Separation wall protests mount

As cranes lowered segments of a 30-foot-high concrete barrier in the streets of Jerusalem on Jan. 12, walling the city off from the adjoining Arab village of Abu Dis, the outcry against Israel’s so-called “separation wall” continued to mount.

The wall, which so far runs about 90 miles along the Israeli border with the West Bank, has been the scene of numerous demonstrations by both Palestinian and Israeli Jewish peace activists over the past several months. Comparing the wall to the racist system of South African apartheid, protesters have sought to halt its construction.

The Israeli government has become increasingly belligerent toward the demonstrators. On Dec. 27, Israeli troops shot and seriously wounded Gil Na’amati as he and others were demonstrating near a segment of the wall near the village of Maskha. A U.S. citizen was slightly injured in the same incident. The shooting of Na’amati, a Jewish activist, caused an uproar in Israel.

The Israeli government says the wall is needed to keep out suicide bombers. The Palestinians, however, say the wall’s real purpose is to facilitate a well-planned land grab.

Hanna Amireh, a leader of the Palestinian People’s Party, says that the wall amounts to “besieging around 3 million Palestinians” in a tiny area – about 6 percent – of the West Bank and Gaza Strip where the Arab population is most concentrated.

Speaking at a conference sponsored by the European Left Forum in Cyprus in early December, Amireh said the wall is slated to run for 370 miles, much longer than the 225-mile border between the Palestinian territories and Israel. The discrepancy, he said, is attributable to the wall’s “running zigzag deep into the Palestinian territories.”

Amireh cited a report by the UN Office for Humanitarian Affairs (“not a Palestinian report,” he pointedly remarked), which says the wall will ultimately swallow up about 48 percent of the West Bank, affecting 500,000 Palestinians who live in 136 residential areas. The current plan calls for a 45-foot-wide strip bounded by a cement wall and metal fences with 757 checkpoints, including 73 military outposts, 58 trenches, 67 road gates, and 464 mounds of rocks to block vehicles.

The wall’s economic impact on Palestinians will be devastating, Amireh said. It will prevent many Palestinians from traveling to their jobs; block access to their fields, water sources, and vital social services; and divide families. Citing another report, this one by Amnesty International, Amireh said the wall will devastate the lives of at least 60 percent of Palestinians who are currently living on less than $2 per day.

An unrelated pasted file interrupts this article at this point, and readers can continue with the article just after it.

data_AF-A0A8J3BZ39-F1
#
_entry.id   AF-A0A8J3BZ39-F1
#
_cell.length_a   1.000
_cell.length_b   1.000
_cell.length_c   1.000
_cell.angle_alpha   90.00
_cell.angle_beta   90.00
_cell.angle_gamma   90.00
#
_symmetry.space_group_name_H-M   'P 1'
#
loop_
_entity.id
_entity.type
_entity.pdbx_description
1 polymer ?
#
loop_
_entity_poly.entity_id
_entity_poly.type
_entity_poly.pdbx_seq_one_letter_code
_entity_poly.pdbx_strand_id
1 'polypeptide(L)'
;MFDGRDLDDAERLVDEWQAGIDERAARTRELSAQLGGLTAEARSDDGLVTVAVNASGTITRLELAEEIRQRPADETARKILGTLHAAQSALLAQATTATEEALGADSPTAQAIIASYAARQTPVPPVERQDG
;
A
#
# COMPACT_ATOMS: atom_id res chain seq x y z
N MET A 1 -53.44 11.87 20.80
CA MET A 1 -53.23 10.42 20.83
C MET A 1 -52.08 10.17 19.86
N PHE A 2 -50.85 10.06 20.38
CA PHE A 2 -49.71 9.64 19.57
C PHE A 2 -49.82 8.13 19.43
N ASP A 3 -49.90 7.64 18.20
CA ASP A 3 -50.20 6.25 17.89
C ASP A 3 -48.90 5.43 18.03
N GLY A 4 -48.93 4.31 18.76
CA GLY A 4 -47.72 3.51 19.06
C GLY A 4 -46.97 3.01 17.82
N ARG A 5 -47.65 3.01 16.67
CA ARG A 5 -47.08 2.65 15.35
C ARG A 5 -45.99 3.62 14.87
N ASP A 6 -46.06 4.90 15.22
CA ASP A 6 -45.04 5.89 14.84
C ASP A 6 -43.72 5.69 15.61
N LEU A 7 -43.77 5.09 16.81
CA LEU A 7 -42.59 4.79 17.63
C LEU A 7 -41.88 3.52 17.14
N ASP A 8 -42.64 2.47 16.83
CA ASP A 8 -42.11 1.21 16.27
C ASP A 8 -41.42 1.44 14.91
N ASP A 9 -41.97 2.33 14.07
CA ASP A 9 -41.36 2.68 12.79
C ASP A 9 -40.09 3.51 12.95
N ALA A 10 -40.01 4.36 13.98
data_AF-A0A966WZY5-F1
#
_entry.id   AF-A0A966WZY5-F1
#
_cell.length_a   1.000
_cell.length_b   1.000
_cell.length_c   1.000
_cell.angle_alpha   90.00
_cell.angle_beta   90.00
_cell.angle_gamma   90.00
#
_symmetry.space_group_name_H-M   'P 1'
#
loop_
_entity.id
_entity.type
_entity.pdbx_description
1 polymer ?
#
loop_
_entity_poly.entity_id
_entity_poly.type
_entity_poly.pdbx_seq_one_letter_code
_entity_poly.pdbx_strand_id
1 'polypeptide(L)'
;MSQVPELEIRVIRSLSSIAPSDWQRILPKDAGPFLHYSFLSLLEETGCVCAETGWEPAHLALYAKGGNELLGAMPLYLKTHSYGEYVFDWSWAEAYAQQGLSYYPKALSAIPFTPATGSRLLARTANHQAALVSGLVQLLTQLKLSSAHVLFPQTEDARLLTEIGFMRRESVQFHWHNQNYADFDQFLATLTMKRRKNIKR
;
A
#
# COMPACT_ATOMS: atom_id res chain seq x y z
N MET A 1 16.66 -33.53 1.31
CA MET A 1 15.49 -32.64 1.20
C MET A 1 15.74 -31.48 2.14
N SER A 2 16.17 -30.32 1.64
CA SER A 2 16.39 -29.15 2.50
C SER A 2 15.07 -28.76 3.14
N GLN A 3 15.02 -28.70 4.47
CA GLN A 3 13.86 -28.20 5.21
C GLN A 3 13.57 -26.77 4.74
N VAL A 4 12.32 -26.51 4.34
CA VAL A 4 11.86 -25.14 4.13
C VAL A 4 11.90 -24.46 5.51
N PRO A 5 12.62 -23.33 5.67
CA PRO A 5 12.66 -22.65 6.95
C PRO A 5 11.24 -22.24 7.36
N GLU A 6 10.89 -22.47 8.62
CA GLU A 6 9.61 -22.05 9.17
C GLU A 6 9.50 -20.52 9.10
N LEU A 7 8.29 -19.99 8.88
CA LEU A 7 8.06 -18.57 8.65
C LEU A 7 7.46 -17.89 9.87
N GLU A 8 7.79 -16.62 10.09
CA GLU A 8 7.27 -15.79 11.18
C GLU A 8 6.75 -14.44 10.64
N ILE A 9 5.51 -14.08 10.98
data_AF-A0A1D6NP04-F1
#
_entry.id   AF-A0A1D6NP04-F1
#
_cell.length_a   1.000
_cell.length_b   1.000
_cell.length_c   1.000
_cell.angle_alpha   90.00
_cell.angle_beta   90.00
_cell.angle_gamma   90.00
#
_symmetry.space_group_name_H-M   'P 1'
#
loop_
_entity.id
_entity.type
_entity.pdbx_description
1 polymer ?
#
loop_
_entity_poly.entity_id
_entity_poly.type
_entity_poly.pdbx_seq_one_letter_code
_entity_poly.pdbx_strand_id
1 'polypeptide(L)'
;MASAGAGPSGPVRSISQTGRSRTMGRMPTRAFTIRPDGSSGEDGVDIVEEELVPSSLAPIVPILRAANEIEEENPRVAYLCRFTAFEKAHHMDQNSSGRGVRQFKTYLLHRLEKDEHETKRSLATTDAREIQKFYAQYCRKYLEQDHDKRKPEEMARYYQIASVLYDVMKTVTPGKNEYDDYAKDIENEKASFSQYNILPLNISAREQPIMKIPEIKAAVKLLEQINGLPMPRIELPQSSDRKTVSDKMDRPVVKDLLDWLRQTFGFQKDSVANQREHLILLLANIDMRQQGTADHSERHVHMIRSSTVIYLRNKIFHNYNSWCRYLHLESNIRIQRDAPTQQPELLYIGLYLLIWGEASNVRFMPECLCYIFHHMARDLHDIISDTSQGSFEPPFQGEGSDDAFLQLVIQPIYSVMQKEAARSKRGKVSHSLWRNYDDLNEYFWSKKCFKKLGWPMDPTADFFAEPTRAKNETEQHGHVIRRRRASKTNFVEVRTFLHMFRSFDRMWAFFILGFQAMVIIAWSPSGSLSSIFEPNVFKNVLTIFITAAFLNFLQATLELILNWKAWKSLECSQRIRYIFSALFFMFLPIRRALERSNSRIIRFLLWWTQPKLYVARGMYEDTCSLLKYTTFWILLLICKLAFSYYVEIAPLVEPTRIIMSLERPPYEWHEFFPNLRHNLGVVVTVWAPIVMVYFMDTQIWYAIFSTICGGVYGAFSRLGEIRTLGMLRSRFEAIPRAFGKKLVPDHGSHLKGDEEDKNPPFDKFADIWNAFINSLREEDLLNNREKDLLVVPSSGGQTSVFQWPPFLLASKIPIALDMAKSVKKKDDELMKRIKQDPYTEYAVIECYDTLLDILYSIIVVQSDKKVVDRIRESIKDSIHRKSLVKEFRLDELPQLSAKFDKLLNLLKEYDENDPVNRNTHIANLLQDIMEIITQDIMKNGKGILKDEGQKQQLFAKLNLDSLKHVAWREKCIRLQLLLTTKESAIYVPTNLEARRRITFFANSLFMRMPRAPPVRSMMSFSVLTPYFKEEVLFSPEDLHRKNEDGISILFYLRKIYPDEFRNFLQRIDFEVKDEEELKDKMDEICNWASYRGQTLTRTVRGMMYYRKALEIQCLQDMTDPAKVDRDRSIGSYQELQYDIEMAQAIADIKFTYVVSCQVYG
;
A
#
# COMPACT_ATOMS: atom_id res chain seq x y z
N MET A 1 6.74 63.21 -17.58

The Palestinian People’s Party has been emphatic in its condemnation of suicide bombings and terrorism against innocent civilians. Amireh said, however, that the separation wall is not intended to stop terrorism. Its main aim is to further Israel’s expansionism.

“The government of Ariel Sharon has decided unilaterally, through the use of the wall, to draw up greatly-reduced borders of what could be called a divided and fragmented Palestinian state without sovereignty,” he said. “New facts on the ground will reinforce the expansion of the Israeli settlements and will pave the way for the silent transfer of large numbers of Palestinian citizens” to what Amireh calls a “huge prison” on territory with virtually no resources.

Despite the grimness of such a prospect, Amireh said it is nonetheless possible to defeat the wall. Stopping the building of this wall is possible for several reasons, he said, citing the October vote of 144 countries in the United Nations condemning the wall, the mounting local and international campaign against it, and the difficulties the Bush administration has in openly defending it before the court of world opinion.

At this point in time, he said, “We believe that confronting the separation wall is the central cause in expressing solidarity with the Palestinian people.”

The Palestinian leader also appealed for international help in getting Israeli troops to return to their positions before the most recent Intifada, so that democratic general elections can be held in Palestine in June; to support the Palestinian call for a mutual ceasefire; and to increase solidarity with peace forces in Israel.

The author can be reached at malmberg@pww.org.